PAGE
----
Courses in Literacy Teaching and Learning
E RDG 404 Children's Literature (3)
Students read and respond to multiple genres of children’s literature, including nonfiction texts, across both print and electronic platforms. Topics include: supporting and appreciating students’ complex responses to literature; analyzing the symbiotic relationship of words and pictures in visual texts; using technology to promote literary understanding; and meeting the standards by designing literature instruction informed by critical literacy perspectives.
E RDG 406 Young Adult Literature (3)
Students read and respond to multiple genres of literature for young adults, including nonfiction texts. Topics include: understanding how adolescents build identities and worldviews through engagements with literature; supporting and extending students’ responses to literature through dialogic teaching; designing literature instruction to support close readings of complex texts informed by literary theory and disciplinary knowledge; using technology to promote literary understanding; analyzing the symbiotic relationship between words and pictures in visual, digital, and multigenre texts.
E RDG 410 Literacy in Social Contexts (3)
This course examines historical and contemporary aspects of literacy, focusing particularly on the relation between literacy and forms of social and cultural life. Topics include: (1) perspectives on literacy; (2) the role of literacy in society; (3) implications of diversity on literacy development; (4) relationships among diverse communities of practice.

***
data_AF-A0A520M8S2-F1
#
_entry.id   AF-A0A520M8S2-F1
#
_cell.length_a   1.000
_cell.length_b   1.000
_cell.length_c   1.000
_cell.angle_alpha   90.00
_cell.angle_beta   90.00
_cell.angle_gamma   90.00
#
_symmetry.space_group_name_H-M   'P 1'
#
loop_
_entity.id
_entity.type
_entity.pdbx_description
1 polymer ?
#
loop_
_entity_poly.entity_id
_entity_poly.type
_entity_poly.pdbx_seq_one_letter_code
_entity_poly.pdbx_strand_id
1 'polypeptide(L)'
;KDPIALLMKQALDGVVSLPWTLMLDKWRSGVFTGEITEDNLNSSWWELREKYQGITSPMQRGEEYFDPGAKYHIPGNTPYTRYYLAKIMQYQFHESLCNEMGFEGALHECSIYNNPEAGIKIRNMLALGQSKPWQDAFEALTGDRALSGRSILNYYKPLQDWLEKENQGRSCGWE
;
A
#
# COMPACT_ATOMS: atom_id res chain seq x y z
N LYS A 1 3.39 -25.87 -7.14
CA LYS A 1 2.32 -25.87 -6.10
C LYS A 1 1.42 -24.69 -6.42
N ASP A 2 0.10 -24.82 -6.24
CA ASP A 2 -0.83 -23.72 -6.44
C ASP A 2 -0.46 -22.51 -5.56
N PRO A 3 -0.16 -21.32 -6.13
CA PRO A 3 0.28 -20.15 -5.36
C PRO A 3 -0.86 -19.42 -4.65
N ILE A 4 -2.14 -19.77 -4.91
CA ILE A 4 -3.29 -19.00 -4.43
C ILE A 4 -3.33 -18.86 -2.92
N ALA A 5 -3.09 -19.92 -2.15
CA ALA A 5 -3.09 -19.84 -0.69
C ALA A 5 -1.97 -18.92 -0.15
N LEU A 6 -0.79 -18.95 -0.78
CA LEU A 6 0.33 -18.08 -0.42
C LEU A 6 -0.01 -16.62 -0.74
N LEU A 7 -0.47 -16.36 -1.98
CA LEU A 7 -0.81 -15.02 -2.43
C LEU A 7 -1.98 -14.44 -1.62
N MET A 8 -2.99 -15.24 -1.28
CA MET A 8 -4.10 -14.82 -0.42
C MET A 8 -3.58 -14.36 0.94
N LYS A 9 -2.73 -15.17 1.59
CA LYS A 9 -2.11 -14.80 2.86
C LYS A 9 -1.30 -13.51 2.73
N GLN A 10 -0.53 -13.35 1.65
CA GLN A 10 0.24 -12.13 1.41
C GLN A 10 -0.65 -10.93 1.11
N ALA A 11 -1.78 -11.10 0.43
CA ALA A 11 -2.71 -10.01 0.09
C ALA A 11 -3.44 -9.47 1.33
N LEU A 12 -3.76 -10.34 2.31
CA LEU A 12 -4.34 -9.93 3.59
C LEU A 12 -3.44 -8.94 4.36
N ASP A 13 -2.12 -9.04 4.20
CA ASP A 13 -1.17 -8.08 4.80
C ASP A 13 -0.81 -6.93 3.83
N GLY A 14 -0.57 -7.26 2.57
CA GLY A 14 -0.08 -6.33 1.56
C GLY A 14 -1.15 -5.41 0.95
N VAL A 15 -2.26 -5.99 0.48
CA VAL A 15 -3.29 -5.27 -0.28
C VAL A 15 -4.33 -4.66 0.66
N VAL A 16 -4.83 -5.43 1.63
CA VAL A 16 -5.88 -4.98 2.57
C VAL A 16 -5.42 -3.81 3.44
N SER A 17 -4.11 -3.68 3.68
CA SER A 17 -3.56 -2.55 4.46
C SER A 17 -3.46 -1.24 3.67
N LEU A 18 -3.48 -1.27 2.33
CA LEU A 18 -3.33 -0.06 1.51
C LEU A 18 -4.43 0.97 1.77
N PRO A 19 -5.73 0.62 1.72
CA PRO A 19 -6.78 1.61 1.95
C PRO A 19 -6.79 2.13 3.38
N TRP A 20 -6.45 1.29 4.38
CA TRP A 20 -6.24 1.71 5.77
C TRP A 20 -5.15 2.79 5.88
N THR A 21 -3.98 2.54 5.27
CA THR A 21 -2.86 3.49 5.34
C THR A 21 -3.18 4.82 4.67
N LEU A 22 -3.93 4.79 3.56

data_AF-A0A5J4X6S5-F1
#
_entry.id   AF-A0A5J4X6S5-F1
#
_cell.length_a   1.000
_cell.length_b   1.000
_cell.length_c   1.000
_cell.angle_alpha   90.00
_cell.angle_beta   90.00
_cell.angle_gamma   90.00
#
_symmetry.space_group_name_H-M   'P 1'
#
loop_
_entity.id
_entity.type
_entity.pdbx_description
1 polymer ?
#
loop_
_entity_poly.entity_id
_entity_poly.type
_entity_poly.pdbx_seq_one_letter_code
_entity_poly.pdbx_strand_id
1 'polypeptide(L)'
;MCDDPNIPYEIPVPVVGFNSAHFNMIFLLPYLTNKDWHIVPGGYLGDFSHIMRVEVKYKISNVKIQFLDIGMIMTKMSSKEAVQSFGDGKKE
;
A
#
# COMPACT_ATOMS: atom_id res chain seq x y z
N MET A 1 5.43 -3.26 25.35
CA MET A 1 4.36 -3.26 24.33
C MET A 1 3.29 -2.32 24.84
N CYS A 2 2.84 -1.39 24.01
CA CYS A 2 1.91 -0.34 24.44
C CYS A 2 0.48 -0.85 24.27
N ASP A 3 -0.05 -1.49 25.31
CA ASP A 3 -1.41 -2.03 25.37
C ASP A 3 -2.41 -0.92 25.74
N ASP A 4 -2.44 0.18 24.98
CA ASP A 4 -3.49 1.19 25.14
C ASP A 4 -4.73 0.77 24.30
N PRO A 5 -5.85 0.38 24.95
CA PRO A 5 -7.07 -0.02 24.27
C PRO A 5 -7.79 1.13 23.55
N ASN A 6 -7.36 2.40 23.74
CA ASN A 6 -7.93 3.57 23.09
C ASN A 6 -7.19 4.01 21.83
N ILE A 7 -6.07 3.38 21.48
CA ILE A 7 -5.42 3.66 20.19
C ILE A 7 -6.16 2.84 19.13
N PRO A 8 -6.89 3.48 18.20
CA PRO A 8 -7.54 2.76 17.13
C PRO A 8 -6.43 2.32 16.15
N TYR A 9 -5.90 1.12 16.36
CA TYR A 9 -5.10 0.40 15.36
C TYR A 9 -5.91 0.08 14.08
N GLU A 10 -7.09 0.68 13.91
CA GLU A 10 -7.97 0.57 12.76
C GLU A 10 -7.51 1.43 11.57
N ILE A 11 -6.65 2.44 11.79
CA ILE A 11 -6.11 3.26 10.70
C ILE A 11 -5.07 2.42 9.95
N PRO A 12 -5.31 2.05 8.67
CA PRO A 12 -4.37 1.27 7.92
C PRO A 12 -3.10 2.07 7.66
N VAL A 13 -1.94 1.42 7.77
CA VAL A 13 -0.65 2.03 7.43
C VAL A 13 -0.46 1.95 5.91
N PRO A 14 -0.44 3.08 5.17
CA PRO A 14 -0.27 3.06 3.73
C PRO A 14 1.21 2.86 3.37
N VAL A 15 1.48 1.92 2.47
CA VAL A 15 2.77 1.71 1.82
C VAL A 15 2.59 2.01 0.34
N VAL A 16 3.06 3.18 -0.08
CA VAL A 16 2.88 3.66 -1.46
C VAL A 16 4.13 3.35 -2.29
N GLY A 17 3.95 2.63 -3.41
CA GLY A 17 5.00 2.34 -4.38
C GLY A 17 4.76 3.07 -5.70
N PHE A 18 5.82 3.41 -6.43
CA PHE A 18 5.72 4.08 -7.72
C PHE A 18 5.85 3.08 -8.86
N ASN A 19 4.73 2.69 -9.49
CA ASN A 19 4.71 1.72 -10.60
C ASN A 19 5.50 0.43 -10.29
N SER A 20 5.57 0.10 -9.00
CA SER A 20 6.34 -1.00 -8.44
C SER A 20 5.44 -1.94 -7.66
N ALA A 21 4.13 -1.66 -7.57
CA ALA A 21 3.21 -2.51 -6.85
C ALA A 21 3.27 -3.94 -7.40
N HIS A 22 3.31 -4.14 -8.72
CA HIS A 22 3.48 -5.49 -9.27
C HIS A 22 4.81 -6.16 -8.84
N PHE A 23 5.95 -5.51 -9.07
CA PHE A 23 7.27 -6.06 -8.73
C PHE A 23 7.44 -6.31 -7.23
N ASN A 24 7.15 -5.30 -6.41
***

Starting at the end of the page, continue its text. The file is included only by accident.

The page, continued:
E RDG 487 Institute in Education (2-9)
A special program, not part of the pattern of regular offerings, designed to meet particular nonrecurring needs. Available for department use and subject to department approval.
E RDG 490 Literate Thinking (3)
This class is designed to strengthen the reading, writing, and critical thinking skills of participants using a variety of challenging texts and rigorous writing exercises. Beginning with a discussion of folk tales and creation myths, the class will move through a variety of texts (including short fiction, novels, poetry, essays, journalism, and film) to examine how “story” addresses and expresses human experience. Throughout the semester the course examines why humans are drawn to narrative and why certain topics/themes appear repeatedly in stories of all cultures and periods. The course will also spend time thinking about the role of language in thinking and how language serves to limit expression.
E RDG 491Z Reading and Writing the Happier Self (4)
Reading and writing transform the way we think, and how we see ourselves in the world. This writing-intensive class presents a set of cognitive tools and practical skills that will help students refine and enhance their educational goals while examining a broad range of life issues. Relying on texts from psychology, neuroscience, literature and narrative theory, this writing-intensive class will examine patterns of human behavior and thinking that tend to produce lasting fulfillment and deep reward. In addition to classroom work a special two-hour laboratory session, with attendant readings and writing exercises, will be required each week to demonstrate how mindfulness exercises help to reduce stress. Prerequisite(s): permission of instructor.